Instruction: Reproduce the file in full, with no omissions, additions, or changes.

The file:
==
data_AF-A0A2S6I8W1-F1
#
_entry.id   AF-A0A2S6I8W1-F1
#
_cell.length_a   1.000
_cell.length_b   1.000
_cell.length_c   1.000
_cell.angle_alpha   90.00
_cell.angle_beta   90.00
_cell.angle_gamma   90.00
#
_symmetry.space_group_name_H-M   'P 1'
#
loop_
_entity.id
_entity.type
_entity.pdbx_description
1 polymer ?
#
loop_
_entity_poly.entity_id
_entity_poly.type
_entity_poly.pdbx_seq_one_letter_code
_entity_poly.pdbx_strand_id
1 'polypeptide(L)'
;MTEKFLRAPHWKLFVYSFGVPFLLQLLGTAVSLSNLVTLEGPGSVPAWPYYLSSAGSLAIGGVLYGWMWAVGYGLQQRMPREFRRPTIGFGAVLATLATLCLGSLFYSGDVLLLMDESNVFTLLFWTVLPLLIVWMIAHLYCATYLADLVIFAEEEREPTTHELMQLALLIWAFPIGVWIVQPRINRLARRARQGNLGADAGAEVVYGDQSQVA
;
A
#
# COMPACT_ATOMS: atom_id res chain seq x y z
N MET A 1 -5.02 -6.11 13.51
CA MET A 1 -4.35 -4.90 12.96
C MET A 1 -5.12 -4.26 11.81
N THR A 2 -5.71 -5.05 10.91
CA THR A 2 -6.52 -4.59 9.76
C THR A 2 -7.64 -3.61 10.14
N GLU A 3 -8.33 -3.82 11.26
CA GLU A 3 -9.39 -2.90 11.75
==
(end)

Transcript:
data_AF-A0A2S6I8W1-F1
#
_entry.id   AF-A0A2S6I8W1-F1
#
_cell.length_a   1.000
_cell.length_b   1.000
_cell.length_c   1.000
_cell.angle_alpha   90.00
_cell.angle_beta   90.00
_cell.angle_gamma   90.00
#
_symmetry.space_group_name_H-M   'P 1'
#
loop_
_entity.id
_entity.type
_entity.pdbx_description
1 polymer ?
#
loop_
_entity_poly.entity_id
_entity_poly.type
_entity_poly.pdbx_seq_one_letter_code
_entity_poly.pdbx_strand_id
1 'polypeptide(L)'
;MTEKFLRAPHWKLFVYSFGVPFLLQLLGTAVSLSNLVTLEGPGSVPAWPYYLSSAGSLAIGGVLYGWMWAVGYGLQQRMPREFRRPTIGFGAVLATLATLCLGSLFYSGDVLLLMDESNVFTLLFWTVLPLLIVWMIAHLYCATYLADLVIFAEEEREPTTHELMQLALLIWAFPIGVWIVQPRINRLARRARQGNLGADAGAEVVYGDQSQVA
;
A
#
# COMPACT_ATOMS: atom_id res chain seq x y z
N MET A 1 -5.02 -6.11 13.51
CA MET A 1 -4.35 -4.90 12.96
C MET A 1 -5.12 -4.26 11.81
N THR A 2 -5.71 -5.05 10.91
CA THR A 2 -6.52 -4.59 9.76
C THR A 2 -7.64 -3.61 10.14
N GLU A 3 -8.33 -3.82 11.26
CA GLU A 3 -9.39 -2.90 11.75